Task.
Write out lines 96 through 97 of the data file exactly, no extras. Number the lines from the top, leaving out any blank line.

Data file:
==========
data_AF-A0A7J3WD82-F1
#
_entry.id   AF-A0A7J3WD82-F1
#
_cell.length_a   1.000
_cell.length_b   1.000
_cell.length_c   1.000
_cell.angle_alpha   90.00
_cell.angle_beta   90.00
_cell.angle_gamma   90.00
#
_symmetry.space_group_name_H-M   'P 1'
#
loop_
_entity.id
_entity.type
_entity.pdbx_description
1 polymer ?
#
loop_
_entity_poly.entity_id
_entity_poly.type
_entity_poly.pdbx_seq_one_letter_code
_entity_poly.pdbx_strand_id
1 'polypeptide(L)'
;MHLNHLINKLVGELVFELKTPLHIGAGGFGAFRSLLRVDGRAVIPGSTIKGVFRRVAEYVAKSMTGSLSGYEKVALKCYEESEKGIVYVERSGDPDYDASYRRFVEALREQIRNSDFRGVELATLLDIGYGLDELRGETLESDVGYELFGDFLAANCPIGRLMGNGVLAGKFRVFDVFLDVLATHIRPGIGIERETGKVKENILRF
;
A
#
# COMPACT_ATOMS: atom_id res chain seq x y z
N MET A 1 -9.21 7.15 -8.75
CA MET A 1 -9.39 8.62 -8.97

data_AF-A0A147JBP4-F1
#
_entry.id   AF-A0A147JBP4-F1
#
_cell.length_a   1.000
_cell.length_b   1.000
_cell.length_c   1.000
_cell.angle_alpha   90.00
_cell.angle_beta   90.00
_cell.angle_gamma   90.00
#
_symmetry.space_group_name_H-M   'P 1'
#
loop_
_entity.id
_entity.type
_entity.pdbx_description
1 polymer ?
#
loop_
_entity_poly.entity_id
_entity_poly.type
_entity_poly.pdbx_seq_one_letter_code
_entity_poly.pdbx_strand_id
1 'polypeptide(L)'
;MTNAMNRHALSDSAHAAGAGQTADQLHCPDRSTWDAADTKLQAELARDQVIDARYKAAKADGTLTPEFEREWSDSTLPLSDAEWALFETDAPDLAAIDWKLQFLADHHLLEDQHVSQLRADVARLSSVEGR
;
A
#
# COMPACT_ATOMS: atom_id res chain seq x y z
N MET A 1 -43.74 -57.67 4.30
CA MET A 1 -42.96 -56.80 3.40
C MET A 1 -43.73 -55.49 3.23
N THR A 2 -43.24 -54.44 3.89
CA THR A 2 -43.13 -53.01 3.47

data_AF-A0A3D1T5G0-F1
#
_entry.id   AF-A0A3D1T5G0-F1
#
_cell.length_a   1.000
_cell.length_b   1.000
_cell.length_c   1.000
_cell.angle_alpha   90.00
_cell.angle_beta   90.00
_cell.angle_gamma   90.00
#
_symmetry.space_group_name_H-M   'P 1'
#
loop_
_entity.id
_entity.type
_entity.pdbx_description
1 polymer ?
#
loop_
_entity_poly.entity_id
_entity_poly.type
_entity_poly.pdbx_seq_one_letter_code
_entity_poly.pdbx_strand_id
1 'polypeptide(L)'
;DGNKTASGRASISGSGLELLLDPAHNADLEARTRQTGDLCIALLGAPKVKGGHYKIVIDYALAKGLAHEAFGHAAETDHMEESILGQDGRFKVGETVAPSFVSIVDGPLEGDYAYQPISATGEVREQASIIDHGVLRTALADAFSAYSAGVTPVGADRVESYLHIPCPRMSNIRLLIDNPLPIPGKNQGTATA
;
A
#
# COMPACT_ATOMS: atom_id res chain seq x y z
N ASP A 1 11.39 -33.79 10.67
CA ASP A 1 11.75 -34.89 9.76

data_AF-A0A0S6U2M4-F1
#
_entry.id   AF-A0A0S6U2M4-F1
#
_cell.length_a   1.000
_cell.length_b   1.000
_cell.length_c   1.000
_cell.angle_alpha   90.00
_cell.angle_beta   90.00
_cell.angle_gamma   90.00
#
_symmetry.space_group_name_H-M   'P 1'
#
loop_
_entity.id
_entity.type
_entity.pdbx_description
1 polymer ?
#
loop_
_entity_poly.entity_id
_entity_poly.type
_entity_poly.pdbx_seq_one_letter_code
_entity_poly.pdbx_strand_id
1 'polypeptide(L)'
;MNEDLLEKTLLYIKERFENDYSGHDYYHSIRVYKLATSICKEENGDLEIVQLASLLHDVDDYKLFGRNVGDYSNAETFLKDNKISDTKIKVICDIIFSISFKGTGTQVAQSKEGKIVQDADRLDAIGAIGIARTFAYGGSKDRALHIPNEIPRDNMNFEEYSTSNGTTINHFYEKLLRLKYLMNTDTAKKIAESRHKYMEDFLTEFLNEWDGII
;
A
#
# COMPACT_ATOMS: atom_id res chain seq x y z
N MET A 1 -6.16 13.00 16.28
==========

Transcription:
#
# COMPACT_ATOMS: atom_id res chain seq x y z